Hence, my language love has had to be re-seeded. And I’m enjoying it. I picked up South American Spanish, Portuguese, Japanese… so French had kind of got left behind. I know enough to eat out, buy stuff, read stuff… I got by in French life passing fair when I went over to visit my dad or stay in Paris. I even managed a whole four days in a windy, rainy, autumnal Dinard without speaking a word of English (including getting dragged to the casino at 10:30, half drunk, by two lorry drivers who were in town. They weren’t our type of lorry drivers. We discussed why there is no french word for heaven, only ‘paradise’ and ‘sky’ which don’t quite cut the mustard. And we discussed the difference between corsairs and pirates, piracy along the Breton coast, and the nature of romantic fiction – and the drunker I got, the better my french)
So learning it again definitely has its delights. It makes more sense why there’d be ‘le’ or ‘la’ – and it’s mostly predictable; it makes sense to conjugate verbs. But, more than anything, I’m loving the idioms. I like that weeds are known as ‘bad grass’, and that ‘a pot calling a kettle black ‘ is the equivalent of ‘the hospital f&cking the charity’. I like the strange weather idioms, as you can probably tell.
But I’m also loving my own Lancy-shire-ness. I think, in the spirit of our Todmorden latin teacher, I should celebrate the butchering of the English language with accent and dialect. I like that Middleton people say ‘Miggleton’ and ‘kecckle’ for ‘kettle’, and ‘frikened’ for ‘frightened’. I like words like ‘nowty’ and ‘mard’. I like that old story of my mum (from Gloucestershire) coming up North for the first time and being bemused by ‘side the table’. I’m sad that we don’t have regional languages like the French, with six ‘official’ other languages, like Corsican and Breton. I think we should bring back Cornish, but celebrate dialect. I love being from the north, when I’m down in London. One guy I used to work with used to phone me up just to hear me say the word ‘stuff’, because I say the glottal ‘U’ as it’s meant to be said, like you’ve been punched in the gUts, not ‘a’, making ‘stUff’ into ‘staaff’, which is a very different thing altogether. I like being able to get my tongue around vowels and not marmalise them into other vowels. I like that my ‘bath’ is a ‘bath’ and not a ‘barth’ or even ‘barf’. I like the germanic gruntings of these harsh, basic, ancient words. And I think I shall do my best to celebrate it, though I know deep inside that I shall be softening my accent if I’m teaching English to non-natives, or to non-Northerners. I’m sad about that.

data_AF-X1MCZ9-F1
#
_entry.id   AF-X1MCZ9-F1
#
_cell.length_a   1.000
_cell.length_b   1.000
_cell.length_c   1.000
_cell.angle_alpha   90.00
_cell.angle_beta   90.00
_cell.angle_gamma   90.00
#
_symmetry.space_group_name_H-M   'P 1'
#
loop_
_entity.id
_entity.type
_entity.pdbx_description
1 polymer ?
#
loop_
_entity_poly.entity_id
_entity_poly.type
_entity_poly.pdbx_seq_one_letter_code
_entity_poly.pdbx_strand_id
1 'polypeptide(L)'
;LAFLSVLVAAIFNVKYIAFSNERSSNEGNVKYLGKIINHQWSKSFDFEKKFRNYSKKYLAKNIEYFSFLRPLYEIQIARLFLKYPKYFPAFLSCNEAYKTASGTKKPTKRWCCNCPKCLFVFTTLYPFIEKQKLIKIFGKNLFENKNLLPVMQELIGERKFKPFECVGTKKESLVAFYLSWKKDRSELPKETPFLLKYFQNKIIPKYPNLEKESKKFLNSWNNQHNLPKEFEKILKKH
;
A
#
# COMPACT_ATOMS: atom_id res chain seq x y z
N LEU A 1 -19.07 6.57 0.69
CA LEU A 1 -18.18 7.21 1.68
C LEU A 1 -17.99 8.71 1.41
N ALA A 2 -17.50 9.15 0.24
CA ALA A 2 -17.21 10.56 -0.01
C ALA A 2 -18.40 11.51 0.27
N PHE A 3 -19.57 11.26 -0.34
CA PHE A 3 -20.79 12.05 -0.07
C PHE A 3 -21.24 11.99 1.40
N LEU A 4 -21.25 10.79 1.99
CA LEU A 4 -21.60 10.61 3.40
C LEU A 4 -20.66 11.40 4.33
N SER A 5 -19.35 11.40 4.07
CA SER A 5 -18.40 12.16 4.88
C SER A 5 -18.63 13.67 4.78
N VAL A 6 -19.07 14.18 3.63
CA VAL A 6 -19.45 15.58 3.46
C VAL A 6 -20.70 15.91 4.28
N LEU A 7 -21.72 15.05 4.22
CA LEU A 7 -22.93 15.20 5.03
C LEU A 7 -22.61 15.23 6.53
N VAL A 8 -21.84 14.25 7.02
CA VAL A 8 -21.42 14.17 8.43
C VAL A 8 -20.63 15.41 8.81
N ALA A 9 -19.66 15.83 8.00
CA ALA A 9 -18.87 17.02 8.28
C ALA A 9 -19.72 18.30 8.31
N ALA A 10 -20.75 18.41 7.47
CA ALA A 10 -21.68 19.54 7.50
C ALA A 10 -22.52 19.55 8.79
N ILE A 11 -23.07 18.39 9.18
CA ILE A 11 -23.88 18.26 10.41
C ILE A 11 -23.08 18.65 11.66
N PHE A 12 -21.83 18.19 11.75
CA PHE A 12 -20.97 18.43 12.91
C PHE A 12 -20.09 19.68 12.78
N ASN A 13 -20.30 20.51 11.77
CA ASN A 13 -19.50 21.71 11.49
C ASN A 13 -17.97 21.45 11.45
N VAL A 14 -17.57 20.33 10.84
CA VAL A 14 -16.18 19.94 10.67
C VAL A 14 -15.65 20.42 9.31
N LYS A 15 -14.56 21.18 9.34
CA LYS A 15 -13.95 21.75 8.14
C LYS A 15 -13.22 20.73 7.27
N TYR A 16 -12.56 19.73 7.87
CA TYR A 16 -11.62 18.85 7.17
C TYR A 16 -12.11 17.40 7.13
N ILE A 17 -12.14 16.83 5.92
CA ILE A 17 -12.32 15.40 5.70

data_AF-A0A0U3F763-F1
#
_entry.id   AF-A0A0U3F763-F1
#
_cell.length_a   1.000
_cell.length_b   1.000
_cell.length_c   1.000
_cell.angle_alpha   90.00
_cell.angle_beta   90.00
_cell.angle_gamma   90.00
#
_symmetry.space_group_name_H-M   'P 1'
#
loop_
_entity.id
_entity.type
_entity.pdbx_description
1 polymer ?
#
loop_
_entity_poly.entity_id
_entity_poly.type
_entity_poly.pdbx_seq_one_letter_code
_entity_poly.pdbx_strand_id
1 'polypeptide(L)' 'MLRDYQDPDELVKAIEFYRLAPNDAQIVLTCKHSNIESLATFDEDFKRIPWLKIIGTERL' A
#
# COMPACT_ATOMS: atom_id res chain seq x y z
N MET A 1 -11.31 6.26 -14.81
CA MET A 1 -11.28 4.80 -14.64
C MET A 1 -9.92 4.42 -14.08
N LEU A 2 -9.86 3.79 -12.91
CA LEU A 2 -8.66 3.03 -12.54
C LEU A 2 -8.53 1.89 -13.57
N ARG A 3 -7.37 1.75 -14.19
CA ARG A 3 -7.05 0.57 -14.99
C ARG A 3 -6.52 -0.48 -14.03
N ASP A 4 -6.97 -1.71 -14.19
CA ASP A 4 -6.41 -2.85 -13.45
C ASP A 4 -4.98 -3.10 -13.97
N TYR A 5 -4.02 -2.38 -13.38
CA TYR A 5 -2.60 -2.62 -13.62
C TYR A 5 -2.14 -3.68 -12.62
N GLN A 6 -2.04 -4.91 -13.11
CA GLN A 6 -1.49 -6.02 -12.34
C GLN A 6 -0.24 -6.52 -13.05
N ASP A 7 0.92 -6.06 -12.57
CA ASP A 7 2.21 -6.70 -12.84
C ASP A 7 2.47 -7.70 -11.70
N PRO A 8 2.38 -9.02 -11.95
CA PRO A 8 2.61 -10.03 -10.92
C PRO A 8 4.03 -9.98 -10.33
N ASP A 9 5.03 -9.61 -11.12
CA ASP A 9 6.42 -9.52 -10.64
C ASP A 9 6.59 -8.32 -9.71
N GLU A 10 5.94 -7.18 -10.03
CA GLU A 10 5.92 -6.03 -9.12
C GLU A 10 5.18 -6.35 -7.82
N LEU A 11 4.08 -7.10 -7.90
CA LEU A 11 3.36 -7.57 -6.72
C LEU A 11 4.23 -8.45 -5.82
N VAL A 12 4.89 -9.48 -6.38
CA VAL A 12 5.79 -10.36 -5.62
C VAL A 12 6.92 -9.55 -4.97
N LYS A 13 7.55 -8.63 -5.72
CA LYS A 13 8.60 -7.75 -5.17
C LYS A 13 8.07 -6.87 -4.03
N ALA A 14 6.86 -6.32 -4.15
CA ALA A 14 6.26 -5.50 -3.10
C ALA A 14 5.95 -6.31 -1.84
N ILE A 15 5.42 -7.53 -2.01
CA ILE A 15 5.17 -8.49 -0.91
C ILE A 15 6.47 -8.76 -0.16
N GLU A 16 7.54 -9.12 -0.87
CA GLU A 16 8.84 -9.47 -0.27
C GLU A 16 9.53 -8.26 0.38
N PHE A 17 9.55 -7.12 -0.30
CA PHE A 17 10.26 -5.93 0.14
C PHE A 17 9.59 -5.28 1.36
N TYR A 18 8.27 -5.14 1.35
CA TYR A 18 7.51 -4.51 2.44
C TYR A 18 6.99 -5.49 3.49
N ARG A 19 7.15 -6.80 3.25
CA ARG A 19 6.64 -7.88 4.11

Language has always been interesting to me, not the least as an English teacher. I like that ‘arigato’ has Portuguese origins (which was one of those coincidences to me, that ‘obrigado’ should sound so like ‘arigato’ from two apparently unconnected countries, linguistically) and I like these connections and similarities, as well as the peculiarities. I shall enjoy it very much.
As for Steve, he’ll forget English and not bother with French. He just isn’t filled with Babel passion like I am. I’d definitely be a chatty monkey, whilst he’d be a silent gorilla. Or a lesser-spotted panda, perhaps.